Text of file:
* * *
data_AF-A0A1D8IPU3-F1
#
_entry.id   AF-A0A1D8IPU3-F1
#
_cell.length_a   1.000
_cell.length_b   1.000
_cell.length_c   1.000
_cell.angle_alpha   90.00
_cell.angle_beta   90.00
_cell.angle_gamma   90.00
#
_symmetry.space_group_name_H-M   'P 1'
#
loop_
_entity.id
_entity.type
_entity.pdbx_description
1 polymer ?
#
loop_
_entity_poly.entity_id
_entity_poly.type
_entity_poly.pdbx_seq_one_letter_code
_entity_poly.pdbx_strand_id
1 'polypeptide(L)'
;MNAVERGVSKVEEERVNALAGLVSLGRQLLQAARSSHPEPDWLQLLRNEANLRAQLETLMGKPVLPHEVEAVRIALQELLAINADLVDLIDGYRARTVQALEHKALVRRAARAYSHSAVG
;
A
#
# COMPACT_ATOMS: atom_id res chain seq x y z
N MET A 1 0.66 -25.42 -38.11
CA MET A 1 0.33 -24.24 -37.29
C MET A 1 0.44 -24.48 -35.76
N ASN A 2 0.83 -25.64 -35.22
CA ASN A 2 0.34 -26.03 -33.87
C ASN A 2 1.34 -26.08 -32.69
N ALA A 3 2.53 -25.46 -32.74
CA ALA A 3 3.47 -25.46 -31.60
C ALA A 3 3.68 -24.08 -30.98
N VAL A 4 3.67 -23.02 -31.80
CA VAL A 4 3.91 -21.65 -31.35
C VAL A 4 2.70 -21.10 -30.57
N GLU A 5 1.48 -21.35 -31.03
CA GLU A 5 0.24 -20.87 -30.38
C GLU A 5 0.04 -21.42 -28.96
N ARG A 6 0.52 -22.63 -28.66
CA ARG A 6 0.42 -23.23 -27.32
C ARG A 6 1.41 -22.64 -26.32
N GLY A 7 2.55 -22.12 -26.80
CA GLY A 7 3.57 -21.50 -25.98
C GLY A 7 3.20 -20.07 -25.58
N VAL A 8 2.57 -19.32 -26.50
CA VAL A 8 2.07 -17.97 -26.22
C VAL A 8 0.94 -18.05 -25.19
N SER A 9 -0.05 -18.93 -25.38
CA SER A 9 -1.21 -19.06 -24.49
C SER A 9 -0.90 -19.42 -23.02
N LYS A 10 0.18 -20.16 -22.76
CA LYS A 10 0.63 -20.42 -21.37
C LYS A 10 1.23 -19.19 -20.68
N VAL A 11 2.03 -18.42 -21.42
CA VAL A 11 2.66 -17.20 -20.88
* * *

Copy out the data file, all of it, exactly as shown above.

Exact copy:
data_AF-A0A1D8IPU3-F1
#
_entry.id   AF-A0A1D8IPU3-F1
#
_cell.length_a   1.000
_cell.length_b   1.000
_cell.length_c   1.000
_cell.angle_alpha   90.00
_cell.angle_beta   90.00
_cell.angle_gamma   90.00
#
_symmetry.space_group_name_H-M   'P 1'
#
loop_
_entity.id
_entity.type
_entity.pdbx_description
1 polymer ?
#
loop_
_entity_poly.entity_id
_entity_poly.type
_entity_poly.pdbx_seq_one_letter_code
_entity_poly.pdbx_strand_id
1 'polypeptide(L)'
;MNAVERGVSKVEEERVNALAGLVSLGRQLLQAARSSHPEPDWLQLLRNEANLRAQLETLMGKPVLPHEVEAVRIALQELLAINADLVDLIDGYRARTVQALEHKALVRRAARAYSHSAVG
;
A
#
# COMPACT_ATOMS: atom_id res chain seq x y z
N MET A 1 0.66 -25.42 -38.11
CA MET A 1 0.33 -24.24 -37.29
C MET A 1 0.44 -24.48 -35.76
N ASN A 2 0.83 -25.64 -35.22
CA ASN A 2 0.34 -26.03 -33.87
C ASN A 2 1.34 -26.08 -32.69
N ALA A 3 2.53 -25.46 -32.74
CA ALA A 3 3.47 -25.46 -31.60
C ALA A 3 3.68 -24.08 -30.98
N VAL A 4 3.67 -23.02 -31.80
CA VAL A 4 3.91 -21.65 -31.35
C VAL A 4 2.70 -21.10 -30.57
N GLU A 5 1.48 -21.35 -31.03
CA GLU A 5 0.24 -20.87 -30.38
C GLU A 5 0.04 -21.42 -28.96
N ARG A 6 0.52 -22.63 -28.66
CA ARG A 6 0.42 -23.23 -27.32
C ARG A 6 1.41 -22.64 -26.32
N GLY A 7 2.55 -22.12 -26.80
CA GLY A 7 3.57 -21.50 -25.98
C GLY A 7 3.20 -20.07 -25.58
N VAL A 8 2.57 -19.32 -26.50
CA VAL A 8 2.07 -17.97 -26.22
C VAL A 8 0.94 -18.05 -25.19
N SER A 9 -0.05 -18.93 -25.38
CA SER A 9 -1.21 -19.06 -24.49
C SER A 9 -0.90 -19.42 -23.02
N LYS A 10 0.18 -20.16 -22.76
CA LYS A 10 0.63 -20.42 -21.37
C LYS A 10 1.23 -19.19 -20.68
N VAL A 11 2.03 -18.42 -21.42
CA VAL A 11 2.66 -17.20 -20.88